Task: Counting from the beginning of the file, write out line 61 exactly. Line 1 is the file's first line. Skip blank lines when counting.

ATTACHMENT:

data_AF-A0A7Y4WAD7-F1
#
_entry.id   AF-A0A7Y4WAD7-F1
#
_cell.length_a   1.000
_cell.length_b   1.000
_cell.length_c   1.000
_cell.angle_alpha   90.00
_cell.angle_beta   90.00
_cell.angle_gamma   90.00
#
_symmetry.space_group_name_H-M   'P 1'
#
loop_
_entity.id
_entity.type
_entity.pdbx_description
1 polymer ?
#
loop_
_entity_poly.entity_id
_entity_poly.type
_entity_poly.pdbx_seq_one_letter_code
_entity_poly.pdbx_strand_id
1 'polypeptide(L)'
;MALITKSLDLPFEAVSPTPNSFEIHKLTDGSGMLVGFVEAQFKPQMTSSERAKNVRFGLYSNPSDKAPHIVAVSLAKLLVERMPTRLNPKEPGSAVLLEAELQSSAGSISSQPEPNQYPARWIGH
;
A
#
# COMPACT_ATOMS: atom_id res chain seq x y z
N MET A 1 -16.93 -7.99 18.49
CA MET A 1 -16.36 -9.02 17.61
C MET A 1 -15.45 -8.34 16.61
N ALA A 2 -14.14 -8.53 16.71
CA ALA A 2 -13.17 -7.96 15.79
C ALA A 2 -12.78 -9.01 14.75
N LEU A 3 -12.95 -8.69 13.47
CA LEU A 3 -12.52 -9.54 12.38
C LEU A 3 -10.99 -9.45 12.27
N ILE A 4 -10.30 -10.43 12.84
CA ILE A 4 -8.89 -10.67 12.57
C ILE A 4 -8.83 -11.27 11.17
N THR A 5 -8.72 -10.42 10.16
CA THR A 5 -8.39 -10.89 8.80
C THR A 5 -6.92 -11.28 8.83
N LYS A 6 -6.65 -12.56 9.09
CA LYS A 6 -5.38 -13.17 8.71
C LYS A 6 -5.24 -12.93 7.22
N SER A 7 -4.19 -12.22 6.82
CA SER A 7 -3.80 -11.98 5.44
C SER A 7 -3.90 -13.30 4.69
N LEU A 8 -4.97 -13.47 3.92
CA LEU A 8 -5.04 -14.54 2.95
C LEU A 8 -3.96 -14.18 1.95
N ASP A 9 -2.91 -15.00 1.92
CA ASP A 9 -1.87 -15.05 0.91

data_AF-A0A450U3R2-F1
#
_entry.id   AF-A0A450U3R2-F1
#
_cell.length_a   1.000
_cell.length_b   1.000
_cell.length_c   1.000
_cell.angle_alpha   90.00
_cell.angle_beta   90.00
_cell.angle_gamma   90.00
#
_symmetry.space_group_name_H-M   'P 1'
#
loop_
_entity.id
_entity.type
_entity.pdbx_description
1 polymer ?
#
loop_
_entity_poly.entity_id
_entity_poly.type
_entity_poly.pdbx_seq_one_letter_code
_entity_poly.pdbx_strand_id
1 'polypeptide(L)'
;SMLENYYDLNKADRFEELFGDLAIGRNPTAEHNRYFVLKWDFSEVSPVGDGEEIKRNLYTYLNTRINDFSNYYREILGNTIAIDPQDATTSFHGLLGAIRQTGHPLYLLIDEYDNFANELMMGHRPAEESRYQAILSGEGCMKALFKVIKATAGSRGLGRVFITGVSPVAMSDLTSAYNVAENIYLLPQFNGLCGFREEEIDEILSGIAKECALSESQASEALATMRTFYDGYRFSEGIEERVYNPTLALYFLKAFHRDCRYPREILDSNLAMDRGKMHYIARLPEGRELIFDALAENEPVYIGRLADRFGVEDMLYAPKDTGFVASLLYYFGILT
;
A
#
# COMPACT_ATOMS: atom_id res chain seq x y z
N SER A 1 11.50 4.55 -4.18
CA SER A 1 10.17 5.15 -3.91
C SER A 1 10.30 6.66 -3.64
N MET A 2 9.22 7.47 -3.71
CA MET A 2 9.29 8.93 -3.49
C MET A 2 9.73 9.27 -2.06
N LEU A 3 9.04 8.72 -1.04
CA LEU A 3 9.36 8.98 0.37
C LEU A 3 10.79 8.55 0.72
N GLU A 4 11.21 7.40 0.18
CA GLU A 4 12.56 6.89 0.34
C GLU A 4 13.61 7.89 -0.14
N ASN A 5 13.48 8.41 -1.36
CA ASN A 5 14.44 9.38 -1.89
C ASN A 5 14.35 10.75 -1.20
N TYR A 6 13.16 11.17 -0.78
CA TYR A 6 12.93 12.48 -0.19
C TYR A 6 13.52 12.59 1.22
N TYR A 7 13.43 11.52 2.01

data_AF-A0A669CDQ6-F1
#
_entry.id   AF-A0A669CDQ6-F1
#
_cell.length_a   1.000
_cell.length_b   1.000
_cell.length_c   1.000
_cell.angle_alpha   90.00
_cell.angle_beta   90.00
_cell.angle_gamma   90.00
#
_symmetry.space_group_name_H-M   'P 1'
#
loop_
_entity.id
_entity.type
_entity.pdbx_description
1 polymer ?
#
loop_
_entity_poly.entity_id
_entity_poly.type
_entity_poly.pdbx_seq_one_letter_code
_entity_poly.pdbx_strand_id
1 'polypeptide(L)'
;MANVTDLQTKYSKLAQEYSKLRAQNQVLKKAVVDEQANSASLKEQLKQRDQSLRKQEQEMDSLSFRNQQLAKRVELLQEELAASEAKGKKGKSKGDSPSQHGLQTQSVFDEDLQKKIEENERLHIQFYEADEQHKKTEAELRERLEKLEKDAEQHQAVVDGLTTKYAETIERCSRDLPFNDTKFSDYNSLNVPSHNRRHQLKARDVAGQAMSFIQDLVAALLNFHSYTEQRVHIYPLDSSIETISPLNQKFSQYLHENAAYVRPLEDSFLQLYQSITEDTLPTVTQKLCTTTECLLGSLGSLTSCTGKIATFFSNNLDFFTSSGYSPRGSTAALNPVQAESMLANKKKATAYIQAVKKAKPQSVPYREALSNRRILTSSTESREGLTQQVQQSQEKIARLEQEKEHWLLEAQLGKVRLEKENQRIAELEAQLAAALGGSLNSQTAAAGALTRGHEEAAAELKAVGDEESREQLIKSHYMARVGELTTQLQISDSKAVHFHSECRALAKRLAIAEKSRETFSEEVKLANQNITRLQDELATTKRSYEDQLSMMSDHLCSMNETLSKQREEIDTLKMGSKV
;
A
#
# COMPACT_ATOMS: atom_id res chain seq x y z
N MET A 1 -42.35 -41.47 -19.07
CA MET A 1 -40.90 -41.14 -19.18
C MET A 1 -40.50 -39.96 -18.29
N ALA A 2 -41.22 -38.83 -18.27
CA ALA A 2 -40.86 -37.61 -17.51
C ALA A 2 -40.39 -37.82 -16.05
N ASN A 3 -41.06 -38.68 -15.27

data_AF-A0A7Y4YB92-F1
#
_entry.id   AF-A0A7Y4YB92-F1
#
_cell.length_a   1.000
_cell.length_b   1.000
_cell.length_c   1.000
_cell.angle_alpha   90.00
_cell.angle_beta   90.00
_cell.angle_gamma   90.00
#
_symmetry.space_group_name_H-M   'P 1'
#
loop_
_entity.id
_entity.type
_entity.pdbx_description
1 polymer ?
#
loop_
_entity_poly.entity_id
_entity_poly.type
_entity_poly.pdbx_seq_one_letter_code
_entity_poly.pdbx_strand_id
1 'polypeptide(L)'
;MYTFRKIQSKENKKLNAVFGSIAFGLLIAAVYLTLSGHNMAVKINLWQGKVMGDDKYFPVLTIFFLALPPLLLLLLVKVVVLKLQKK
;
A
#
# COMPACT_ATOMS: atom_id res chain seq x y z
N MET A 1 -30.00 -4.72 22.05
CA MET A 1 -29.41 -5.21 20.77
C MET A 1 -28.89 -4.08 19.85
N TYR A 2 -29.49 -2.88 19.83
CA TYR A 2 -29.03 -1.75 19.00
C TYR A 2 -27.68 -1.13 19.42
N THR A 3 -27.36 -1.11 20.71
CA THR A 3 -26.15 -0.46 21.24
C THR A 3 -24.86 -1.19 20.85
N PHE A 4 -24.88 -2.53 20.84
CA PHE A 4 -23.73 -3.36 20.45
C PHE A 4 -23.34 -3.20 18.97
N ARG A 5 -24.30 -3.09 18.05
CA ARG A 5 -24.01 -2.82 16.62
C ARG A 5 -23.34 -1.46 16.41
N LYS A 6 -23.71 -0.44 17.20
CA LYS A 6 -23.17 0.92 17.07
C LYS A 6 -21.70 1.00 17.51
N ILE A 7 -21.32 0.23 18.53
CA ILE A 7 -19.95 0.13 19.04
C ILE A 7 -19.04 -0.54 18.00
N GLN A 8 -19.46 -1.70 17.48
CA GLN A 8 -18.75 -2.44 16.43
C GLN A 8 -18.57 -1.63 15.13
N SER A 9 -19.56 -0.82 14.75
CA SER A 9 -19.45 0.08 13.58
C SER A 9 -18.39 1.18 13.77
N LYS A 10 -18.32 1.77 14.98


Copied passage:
_cell.length_a   1.000